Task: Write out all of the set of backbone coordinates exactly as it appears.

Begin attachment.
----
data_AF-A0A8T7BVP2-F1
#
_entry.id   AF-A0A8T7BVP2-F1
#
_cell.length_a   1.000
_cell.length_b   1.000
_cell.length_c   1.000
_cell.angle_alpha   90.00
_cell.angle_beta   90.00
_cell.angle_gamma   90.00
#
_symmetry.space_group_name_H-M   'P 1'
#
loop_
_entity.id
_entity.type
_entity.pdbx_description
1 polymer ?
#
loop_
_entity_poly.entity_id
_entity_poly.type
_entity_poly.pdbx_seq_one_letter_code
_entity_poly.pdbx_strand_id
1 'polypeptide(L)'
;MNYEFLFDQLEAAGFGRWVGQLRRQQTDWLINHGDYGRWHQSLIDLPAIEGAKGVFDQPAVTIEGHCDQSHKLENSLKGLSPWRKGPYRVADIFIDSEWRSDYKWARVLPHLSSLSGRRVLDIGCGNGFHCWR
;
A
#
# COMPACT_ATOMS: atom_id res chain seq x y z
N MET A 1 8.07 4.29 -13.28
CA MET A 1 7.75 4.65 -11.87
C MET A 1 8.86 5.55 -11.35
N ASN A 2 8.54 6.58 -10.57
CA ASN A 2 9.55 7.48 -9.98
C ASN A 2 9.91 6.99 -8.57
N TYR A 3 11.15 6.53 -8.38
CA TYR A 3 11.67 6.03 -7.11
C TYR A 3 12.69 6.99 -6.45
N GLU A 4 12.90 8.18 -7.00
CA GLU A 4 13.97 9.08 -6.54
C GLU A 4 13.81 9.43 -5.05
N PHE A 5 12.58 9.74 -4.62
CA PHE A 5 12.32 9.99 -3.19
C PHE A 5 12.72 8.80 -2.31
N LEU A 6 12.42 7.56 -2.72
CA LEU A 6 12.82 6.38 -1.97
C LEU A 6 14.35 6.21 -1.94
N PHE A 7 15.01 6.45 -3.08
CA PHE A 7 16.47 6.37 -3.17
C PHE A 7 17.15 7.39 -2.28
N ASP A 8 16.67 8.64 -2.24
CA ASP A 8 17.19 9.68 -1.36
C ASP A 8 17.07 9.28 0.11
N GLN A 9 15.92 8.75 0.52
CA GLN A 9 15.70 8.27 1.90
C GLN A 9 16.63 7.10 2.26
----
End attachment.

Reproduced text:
data_AF-A0A8T7BVP2-F1
#
_entry.id   AF-A0A8T7BVP2-F1
#
_cell.length_a   1.000
_cell.length_b   1.000
_cell.length_c   1.000
_cell.angle_alpha   90.00
_cell.angle_beta   90.00
_cell.angle_gamma   90.00
#
_symmetry.space_group_name_H-M   'P 1'
#
loop_
_entity.id
_entity.type
_entity.pdbx_description
1 polymer ?
#
loop_
_entity_poly.entity_id
_entity_poly.type
_entity_poly.pdbx_seq_one_letter_code
_entity_poly.pdbx_strand_id
1 'polypeptide(L)'
;MNYEFLFDQLEAAGFGRWVGQLRRQQTDWLINHGDYGRWHQSLIDLPAIEGAKGVFDQPAVTIEGHCDQSHKLENSLKGLSPWRKGPYRVADIFIDSEWRSDYKWARVLPHLSSLSGRRVLDIGCGNGFHCWR
;
A
#
# COMPACT_ATOMS: atom_id res chain seq x y z
N MET A 1 8.07 4.29 -13.28
CA MET A 1 7.75 4.65 -11.87
C MET A 1 8.86 5.55 -11.35
N ASN A 2 8.54 6.58 -10.57
CA ASN A 2 9.55 7.48 -9.98
C ASN A 2 9.91 6.99 -8.57
N TYR A 3 11.15 6.53 -8.38
CA TYR A 3 11.67 6.03 -7.11
C TYR A 3 12.69 6.99 -6.45
N GLU A 4 12.90 8.18 -7.00
CA GLU A 4 13.97 9.08 -6.54
C GLU A 4 13.81 9.43 -5.05
N PHE A 5 12.58 9.74 -4.62
CA PHE A 5 12.32 9.99 -3.19
C PHE A 5 12.72 8.80 -2.31
N LEU A 6 12.42 7.56 -2.72
CA LEU A 6 12.82 6.38 -1.97
C LEU A 6 14.35 6.21 -1.94
N PHE A 7 15.01 6.45 -3.08
CA PHE A 7 16.47 6.37 -3.17
C PHE A 7 17.15 7.39 -2.28
N ASP A 8 16.67 8.64 -2.24
CA ASP A 8 17.19 9.68 -1.36
C ASP A 8 17.07 9.28 0.11
N GLN A 9 15.92 8.75 0.52
CA GLN A 9 15.70 8.27 1.90
C GLN A 9 16.63 7.10 2.26